Watsonia tabularis was in perfect bloom from the beginning to the end of our walk at this elevation. It is endemic to the Cape Peninsula and is named after the mountain.
Marijke noted that it is not available commercially locally, and a quick Google yielded a hit at California's Annie's Annuals, of all places [note that Annie uses photo stock from all over the world, so the flower pictured in that link was not grown by her - I am curious].
The bridge over the disa stream. We had come to find out if the red disas - orchids that grow only near rare perennial streams in these mountains - were in bloom, as they are further east. Disa uniflora grows thickly here, the pristine, tannic water dyed the colour of tea by the fynbos through which it is filtered. I have been lucky to see them several times.
But we were too early, and the disas were still in bud.
We walked on, toward and along the aqueduct, finding botanical treats along the way.
After a waterfall, the route is filled with clean water which followed us all the way to the reservoirs, joined by other streams along the way.
Drip disas appeared, pale ghosts against wet rock faces, growing in the cool moss.
Watsonia tabularis lit the way as we descended towards the middle of what is called the Back Table.
Despite severe water restrictions in the city below, up here, in the mist, the mountain is its own green, wet world. We saw nobody, now.
The exquisite China flower, Adenandra villosa, with intensely scented foliage.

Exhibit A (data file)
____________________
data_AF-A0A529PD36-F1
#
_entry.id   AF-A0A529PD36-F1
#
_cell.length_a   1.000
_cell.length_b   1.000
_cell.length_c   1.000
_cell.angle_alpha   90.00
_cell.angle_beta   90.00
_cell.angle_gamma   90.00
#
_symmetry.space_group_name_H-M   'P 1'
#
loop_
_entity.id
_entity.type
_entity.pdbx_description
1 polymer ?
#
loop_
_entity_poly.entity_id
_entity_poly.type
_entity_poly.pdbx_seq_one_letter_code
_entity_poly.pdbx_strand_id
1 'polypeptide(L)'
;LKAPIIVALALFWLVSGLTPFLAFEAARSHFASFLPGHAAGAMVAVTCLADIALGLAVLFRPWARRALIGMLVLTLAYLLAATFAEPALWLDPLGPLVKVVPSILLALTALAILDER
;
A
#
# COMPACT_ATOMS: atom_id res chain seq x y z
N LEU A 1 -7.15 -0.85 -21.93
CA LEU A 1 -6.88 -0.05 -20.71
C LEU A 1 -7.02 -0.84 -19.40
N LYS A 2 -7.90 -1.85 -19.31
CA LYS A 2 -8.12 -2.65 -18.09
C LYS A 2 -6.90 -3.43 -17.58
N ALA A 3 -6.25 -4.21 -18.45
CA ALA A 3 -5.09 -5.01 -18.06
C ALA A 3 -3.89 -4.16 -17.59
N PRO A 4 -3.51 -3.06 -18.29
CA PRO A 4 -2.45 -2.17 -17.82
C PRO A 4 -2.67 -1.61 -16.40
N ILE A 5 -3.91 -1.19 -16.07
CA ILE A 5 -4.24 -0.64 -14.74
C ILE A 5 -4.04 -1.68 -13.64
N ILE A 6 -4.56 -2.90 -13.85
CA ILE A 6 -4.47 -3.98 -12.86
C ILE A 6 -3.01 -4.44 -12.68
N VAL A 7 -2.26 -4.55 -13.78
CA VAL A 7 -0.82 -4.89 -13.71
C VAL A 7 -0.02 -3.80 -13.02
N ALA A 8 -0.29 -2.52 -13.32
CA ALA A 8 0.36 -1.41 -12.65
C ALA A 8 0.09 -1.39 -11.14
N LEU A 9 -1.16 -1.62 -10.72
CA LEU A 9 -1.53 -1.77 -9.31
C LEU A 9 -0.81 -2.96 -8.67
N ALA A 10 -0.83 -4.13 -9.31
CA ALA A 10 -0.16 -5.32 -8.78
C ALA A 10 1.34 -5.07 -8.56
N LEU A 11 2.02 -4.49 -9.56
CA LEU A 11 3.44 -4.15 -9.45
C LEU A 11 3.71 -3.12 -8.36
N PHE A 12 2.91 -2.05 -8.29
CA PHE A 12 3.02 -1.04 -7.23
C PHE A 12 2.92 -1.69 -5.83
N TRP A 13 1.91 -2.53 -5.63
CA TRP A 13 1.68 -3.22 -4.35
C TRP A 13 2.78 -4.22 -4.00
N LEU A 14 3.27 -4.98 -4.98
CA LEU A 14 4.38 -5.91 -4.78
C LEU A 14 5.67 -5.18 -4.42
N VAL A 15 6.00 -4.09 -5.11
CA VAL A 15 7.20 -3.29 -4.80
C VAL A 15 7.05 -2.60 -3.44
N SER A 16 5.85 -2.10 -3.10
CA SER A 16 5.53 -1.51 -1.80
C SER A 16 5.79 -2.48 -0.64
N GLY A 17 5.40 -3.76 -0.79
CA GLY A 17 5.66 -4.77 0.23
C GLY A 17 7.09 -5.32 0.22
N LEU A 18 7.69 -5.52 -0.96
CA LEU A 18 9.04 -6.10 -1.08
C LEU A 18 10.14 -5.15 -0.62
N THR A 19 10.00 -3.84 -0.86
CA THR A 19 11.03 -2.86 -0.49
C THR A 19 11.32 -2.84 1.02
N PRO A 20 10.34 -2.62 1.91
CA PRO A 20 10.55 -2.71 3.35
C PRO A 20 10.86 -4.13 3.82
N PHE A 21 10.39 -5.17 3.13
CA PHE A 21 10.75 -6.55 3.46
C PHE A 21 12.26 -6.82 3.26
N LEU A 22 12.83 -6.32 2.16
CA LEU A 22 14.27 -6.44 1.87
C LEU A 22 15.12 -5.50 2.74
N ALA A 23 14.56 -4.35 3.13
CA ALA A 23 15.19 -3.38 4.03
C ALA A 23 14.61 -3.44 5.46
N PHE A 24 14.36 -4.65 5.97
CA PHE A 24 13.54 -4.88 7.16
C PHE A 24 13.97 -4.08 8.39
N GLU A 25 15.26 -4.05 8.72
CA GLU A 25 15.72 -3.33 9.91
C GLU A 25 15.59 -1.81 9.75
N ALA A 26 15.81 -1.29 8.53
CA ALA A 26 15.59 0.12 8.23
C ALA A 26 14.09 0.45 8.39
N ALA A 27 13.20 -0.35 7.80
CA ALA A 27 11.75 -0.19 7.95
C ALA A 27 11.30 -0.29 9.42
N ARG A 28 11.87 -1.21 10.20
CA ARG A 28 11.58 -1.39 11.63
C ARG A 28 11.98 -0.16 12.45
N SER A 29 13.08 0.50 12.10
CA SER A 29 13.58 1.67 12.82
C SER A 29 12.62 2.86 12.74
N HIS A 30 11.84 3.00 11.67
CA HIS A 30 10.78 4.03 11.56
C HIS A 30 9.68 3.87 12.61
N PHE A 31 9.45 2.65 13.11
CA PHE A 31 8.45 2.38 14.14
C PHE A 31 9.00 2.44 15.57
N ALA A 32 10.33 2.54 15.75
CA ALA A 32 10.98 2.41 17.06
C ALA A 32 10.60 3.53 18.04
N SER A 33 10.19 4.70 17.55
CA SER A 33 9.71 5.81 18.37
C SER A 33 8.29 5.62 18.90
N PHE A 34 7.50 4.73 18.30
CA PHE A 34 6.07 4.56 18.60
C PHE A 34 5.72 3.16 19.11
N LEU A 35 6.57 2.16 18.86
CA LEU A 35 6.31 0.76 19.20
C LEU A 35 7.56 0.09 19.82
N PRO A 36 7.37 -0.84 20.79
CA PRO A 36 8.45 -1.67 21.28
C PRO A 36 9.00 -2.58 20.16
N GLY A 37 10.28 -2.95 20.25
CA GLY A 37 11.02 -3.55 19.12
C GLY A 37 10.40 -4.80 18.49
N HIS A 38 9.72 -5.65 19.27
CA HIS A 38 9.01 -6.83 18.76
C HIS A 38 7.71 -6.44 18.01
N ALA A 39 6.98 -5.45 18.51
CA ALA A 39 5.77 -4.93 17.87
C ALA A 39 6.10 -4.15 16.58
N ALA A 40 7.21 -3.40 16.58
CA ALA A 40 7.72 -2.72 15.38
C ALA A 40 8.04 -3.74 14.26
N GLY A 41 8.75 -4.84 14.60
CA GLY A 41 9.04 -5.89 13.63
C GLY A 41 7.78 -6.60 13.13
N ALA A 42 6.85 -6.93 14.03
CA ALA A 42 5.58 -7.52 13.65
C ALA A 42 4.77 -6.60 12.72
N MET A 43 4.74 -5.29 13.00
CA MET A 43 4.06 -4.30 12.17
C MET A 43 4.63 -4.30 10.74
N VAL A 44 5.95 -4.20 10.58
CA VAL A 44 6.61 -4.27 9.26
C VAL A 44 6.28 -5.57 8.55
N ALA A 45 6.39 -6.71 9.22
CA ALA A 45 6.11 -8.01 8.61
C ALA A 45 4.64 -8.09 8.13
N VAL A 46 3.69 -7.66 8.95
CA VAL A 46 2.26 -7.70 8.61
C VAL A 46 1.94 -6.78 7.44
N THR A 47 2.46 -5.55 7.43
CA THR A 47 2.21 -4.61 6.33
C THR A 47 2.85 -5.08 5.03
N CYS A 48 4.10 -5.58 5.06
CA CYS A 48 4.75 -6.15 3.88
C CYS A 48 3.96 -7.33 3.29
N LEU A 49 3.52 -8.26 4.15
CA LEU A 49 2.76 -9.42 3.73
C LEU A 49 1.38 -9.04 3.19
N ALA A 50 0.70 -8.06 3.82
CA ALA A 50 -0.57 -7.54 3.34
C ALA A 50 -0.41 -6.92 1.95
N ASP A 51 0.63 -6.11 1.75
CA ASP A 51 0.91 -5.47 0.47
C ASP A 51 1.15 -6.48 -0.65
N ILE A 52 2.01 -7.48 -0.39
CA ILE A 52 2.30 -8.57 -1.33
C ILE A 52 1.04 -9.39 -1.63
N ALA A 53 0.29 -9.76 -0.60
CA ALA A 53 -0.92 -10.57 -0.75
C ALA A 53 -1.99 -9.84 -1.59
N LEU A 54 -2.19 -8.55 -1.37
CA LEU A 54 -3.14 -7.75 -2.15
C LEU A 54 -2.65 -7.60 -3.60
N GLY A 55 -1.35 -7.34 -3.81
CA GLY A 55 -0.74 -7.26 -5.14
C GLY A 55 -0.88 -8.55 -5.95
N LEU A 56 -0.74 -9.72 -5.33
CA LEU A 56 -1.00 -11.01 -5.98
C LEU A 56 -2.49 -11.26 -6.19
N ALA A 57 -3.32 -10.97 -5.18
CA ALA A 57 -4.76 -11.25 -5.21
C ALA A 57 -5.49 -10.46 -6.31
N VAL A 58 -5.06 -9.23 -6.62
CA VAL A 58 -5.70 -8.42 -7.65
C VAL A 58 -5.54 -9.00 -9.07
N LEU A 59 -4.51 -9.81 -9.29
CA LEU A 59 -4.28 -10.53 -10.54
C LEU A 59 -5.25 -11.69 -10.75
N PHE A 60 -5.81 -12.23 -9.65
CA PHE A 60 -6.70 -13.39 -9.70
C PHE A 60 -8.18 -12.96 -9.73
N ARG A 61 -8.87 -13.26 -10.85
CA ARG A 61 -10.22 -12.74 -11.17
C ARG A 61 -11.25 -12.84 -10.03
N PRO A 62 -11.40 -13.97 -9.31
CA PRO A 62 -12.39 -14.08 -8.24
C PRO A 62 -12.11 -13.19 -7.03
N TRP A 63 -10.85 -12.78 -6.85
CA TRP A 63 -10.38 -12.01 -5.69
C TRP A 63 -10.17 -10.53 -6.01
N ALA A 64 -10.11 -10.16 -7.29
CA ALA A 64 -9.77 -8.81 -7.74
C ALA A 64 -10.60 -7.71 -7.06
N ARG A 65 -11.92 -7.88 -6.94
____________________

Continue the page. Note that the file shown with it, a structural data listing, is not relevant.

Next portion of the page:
We followed the track between two peaks, Junction on the left, St Michael's on the right, the widening stream to our right, cliffs dotted with drip disas, soaring.
Marijke was now wearing Layer No. 2.
Erica abietina, I think.
While we both had bathing suits in our back packs, ready for a dip into the pools below, the nipping wind kept us firmly zipped up, hands in pockets. Vince has never quite got over the water in the Cape. For a Vancouverite used to turquoise snowmelt, Coca-Cola water was a shock. But to me this is the colour of clean.
The kloof behind us, we were poised above the reservoirs, which were brimming.
We said goodbye to the last of the beautiful drip disas, our route heading into drier regions.
Whether it was the blinding sun or the howling wind, I took no pictures from here, right across the towering dam wall and the whipped water, past the the napping high altitude alien vegetation team, and the right angled hook we took to return due east, or even of the cedar and oak glade at the very top of Nursery Ravine. Marijke did, and I should borrow her pictures.
But after a lunch break for fruit juice and sandwiches in the shade we were back out here on the edge of the mountain again, and poised to descend via Nursery Ravine.
Sporadic cloud cover woke me up and the Samsung began snapping again.
The graceful and strange mountain dahlia - Liparia splendens.
And down we go.
Down - at least on a mountain - is better than up, I feel, and the view stunning.
There were still many plants to see. Above - not identified yet.
Remember my mother's knees? My knees were fine. But after a steady downhill slog my legs were jelly. Two days later I was stiiiiiiiiiiiiff.
Low on the slopes tree pincushions grow - Leucadendron conocarpodendron.
And then we were back in the most beautiful garden in Africa, where we had begun: Kirstenbosch. We had been on the mountain for seven hours - much longer than we needed to be, but very happy for it, and it was just past lunchtime.